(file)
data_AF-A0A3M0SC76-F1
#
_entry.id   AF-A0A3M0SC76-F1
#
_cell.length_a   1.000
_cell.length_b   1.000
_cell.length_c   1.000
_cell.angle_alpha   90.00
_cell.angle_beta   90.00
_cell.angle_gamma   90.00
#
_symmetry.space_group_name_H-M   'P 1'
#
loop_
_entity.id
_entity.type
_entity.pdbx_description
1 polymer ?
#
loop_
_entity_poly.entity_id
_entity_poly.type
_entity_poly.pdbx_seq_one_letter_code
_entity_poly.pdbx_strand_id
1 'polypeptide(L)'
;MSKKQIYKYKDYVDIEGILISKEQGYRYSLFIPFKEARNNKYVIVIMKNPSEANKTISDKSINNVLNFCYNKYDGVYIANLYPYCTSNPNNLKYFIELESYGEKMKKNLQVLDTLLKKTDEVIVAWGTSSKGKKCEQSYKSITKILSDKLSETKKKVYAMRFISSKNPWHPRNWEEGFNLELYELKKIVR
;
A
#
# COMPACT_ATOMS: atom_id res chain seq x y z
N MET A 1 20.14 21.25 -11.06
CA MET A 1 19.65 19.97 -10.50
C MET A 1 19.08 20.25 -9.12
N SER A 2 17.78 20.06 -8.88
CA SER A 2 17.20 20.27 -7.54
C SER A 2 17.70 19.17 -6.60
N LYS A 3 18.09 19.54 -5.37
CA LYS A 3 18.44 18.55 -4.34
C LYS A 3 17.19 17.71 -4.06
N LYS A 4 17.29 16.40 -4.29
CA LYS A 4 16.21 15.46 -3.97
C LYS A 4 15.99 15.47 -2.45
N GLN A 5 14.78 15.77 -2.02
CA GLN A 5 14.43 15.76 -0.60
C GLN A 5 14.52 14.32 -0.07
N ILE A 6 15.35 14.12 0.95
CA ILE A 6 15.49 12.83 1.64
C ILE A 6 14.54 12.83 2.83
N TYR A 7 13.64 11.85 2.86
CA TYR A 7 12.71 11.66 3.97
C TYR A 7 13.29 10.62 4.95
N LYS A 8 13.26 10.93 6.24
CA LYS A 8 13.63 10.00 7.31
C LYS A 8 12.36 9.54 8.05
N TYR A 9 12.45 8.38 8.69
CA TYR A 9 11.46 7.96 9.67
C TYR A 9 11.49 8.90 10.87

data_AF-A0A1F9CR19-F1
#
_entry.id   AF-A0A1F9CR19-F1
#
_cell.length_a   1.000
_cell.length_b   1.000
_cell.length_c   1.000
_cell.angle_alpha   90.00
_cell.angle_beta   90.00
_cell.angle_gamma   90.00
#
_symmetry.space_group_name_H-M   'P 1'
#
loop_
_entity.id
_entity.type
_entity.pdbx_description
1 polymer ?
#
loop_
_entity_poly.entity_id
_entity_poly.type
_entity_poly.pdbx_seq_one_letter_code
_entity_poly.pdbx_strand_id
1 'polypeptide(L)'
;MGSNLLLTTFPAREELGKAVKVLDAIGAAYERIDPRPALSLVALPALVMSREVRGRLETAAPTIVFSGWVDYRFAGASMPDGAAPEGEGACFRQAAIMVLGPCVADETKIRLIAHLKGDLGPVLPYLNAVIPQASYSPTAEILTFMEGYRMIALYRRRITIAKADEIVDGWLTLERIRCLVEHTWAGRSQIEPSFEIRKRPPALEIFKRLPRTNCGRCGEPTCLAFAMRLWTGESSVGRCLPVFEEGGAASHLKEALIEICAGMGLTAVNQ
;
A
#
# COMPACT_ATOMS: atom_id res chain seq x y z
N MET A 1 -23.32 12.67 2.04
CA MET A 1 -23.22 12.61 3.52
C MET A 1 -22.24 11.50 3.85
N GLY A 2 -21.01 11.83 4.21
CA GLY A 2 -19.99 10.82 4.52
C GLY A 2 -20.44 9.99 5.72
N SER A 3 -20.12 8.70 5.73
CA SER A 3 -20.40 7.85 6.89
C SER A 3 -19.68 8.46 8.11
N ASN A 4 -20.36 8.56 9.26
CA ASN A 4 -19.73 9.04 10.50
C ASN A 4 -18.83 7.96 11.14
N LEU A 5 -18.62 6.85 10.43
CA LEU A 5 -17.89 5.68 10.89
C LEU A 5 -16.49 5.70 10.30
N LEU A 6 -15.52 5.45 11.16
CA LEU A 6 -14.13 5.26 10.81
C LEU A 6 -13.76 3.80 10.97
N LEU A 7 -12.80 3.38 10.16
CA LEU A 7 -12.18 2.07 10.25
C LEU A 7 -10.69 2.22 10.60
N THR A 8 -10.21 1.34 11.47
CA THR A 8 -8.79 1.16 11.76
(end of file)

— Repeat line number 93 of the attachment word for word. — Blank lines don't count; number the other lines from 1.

C GLY A 2 -20.44 9.99 5.72